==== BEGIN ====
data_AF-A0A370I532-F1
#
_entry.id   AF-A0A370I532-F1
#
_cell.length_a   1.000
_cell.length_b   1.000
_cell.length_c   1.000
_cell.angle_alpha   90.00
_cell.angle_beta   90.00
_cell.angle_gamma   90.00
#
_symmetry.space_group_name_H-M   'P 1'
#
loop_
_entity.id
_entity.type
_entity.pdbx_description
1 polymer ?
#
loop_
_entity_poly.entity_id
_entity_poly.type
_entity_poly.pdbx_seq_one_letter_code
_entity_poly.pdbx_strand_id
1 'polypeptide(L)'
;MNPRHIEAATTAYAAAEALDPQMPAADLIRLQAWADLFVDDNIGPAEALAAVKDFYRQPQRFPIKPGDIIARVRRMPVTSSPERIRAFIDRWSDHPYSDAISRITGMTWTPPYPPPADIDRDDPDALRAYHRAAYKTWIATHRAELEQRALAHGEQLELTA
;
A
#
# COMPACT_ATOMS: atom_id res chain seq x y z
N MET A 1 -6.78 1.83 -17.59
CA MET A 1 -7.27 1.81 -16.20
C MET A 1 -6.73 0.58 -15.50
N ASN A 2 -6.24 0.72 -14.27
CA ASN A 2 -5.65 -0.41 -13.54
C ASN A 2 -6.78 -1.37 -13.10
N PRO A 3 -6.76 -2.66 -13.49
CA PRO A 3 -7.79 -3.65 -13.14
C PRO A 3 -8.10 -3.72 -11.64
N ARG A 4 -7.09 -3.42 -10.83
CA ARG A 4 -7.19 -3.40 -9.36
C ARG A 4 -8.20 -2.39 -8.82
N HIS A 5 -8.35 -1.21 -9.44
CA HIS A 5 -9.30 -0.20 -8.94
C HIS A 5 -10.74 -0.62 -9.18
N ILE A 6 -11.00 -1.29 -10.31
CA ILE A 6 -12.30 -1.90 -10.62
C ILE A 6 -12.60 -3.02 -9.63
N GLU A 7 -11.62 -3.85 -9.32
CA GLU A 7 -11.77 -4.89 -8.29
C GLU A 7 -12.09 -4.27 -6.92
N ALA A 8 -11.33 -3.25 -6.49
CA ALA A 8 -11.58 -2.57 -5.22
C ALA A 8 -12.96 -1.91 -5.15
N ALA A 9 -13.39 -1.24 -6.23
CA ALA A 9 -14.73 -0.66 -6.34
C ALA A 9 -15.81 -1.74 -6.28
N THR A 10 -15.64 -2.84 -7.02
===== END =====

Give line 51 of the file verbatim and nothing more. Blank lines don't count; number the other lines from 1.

C GLU A 7 -12.09 -4.27 -6.92